The Road goes ever on and on; Down from the door where it began;
Now far ahead the Road has gone; And I must follow, if I can;
Pursuing it with eager feet; Until it joins some larger way;
Where many paths and errands met; And whither then? I cannot say.

[JRR Tolkien, Lord of the Rings]

Tuesday 13 June 2017

Tuesday 13 June - Varnæshoved and Hejlsminde, Denmark

(As today involved a couple of strollettes, I'm replicating here today's post from our travel blog (

Last night's kipping spot at Varnæshoved was a remote one: a picnic area at the end of a dirt road, the best part of a kilometre off a remote single-track road. Amongst its good points was the presence of an information sign setting out the waymarked walks in the area, and whilst I couldn't read any of the descriptions, I could understand the route distances and the accompanying map:

A look at Open Street Map (via ViewRanger) confirmed that the paths were shown, so after downloading a couple of tiles we were well equipped for an amble around the headland.

Happily, the light rain stopped by the time we stepped out of the door, but the grass was still wet as we walked the 100m or so to the beach.

Didn't take a snap this morning, but here's one I took last night

I commented last night, as I looked out to sea through Bertie's windscreen, that if I had been abducted by aliens and plonked in this location, I would have guessed that I was on the east coast of Scotland somewhere. We'd not gone far up the coast this morning before the presence of a thatched cottage had me amend that impression to 'maybe somewhere in England':

It was only the presence of signs in a language we don't understand that gave the game away that we are somewhere foreign.

A turn inland, away from the beach, and through a beech wood we passed...

...taking a little diversion on the way to visit a long barrow (ancient burial site):

This area is well provisioned with parking and picnic areas. The one shown below was vast, and could easily have been a campsite, particularly with the decent toilet facilities that are there:

Through a turnstile into a field...

...and through another one at the other side, we then temporarily abandoned the red route, taking instead to the yellow route so that we could walk right across the headland. The map told me that by going that way we would walk the length of a lake, which I thought would be picturesque. The reality was a walk through beech woods with barely a glimpse of the water.

Past another thatched cottage...

...and a little way along the road, the map said we would rejoin the coast to complete our circuit of the headland and I was looking forward to more nice coastal views. Alas, we were again a little disappointed, not by the fact that we were skirting crop fields per se, but because of the height of the boundary hedges standing in the few yards between us and the cliff edge...

...with just the occasional gap giving us the view we wanted:

Late autumn or spring is probably the best time for this walk, when everything isn't in full leaf.

Even with the addition of a bit of the yellow route to the advertised red route, our outing only came in at 5 miles with the gentle undulations amounting to around 120m of ascent.

Being now well after 11, Mick wasted no time in preparing elevenses. Jam was smeared onto croissants and coffee made, but it didn't go well. Biting into my jam-laden croissant I discovered that it was stuffed with ham and cheese, and drinking my coffee I discovered that Mick had forgotten to remove the two slices of lemon which had languished in my mug from my previous two drinks. I can report that lemon coffee is a far worse taste sensation than a savoury croissant with jam.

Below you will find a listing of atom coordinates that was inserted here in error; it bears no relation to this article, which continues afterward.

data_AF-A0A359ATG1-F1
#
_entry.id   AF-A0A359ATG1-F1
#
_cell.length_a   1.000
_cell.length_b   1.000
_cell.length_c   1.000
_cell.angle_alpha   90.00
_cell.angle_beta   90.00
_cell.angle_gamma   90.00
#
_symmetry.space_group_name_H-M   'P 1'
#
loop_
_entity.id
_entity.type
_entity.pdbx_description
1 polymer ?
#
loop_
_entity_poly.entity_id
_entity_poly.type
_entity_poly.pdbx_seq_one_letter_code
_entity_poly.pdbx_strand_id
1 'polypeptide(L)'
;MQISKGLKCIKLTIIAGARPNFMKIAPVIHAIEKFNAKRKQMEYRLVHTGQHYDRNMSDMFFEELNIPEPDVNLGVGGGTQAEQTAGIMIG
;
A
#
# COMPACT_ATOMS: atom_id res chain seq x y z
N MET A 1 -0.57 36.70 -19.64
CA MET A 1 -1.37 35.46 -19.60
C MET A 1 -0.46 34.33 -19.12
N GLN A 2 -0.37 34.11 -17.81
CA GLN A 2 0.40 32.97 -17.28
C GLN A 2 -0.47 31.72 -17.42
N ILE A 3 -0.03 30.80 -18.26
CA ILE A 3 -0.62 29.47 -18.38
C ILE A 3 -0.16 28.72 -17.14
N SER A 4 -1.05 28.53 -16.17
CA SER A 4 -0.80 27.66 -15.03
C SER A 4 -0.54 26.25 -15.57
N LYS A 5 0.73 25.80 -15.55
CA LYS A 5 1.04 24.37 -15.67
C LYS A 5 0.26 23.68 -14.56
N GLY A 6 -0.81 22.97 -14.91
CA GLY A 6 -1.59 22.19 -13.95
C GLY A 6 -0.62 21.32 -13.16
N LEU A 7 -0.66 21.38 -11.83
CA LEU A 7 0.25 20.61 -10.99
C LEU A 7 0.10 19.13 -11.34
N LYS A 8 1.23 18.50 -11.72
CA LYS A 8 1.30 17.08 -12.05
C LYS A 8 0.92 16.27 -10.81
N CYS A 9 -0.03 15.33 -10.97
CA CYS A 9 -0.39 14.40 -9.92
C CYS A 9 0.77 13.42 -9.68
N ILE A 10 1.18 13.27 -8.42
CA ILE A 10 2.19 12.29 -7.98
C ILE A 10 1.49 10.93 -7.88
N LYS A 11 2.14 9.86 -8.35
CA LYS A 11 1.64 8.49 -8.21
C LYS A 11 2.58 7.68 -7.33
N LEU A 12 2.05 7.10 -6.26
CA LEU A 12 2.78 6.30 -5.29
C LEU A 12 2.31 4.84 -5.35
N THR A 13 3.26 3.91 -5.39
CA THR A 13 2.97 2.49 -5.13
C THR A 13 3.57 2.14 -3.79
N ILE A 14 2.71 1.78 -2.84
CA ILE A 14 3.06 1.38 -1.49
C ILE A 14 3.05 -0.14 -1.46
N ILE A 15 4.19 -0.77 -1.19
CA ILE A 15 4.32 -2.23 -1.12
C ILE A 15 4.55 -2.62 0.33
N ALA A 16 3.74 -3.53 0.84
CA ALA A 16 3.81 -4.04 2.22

Time to move on and there had been a loose plan of visiting the town of Kolding next, but at the last minute I decided that another seaside location was more what I fancied than a walk around a town, and Mick was happy with either option (laid back chap that he is), so the seaside won.

In our new location, another strollette was taken this afternoon, featuring a beach with a swimming jetty...

...but I haven't ventured out with my swimming costume, even though a hand in the water suggested that it's not outrageously cold.

We may have only been in Denmark for a little over 24 hours, but my observation so far, based on today's walks and the drive in between them (for which we didn't take the motorway, no matter how much the SatNav tried to make us) is that there are two industries that must be thriving in this country: those involved in the manufacture and provision of flag poles and picnic benches. The whole place also seems to be remarkably clean, possibly related to the presence of so many litter bins (although that can't be the whole story - how many times at home do we see coffee cups or McDonald's bags dropped five paces away from the nearest bin?)


  1. At some point you were probably on that LDP that goes round the perimeter of the North Sea - E something or other I think. By the way, the shoes you took me to buy have just expired, but they did good service, and I am now on the second pair.

  2. Well this is very wonderful! Now , if you're travelling up as far as Trondheim (going via the mighty Trollheimen (Troll's Home, with all manner of trails and huts and Good Stuff)) then you can pay a visit to Hell.

    Warrgh?! Hell is a small village about half-an-hour east of Trondheim. First time I went was in January '76. And again in September 2010 - when I bought a ticket to Hell and back. See pix at

    The,um, frreight office has the splendid title "Gods - Expedition"

    Trondheim itself is a lovely town. Best hotel is Hotel Bakeriet - was once a bakery, hence the name. In the afternoon you can make your own waffles in the atrium whilst negotiating a second mortgage to pay the terrifying prices.

    Have fun!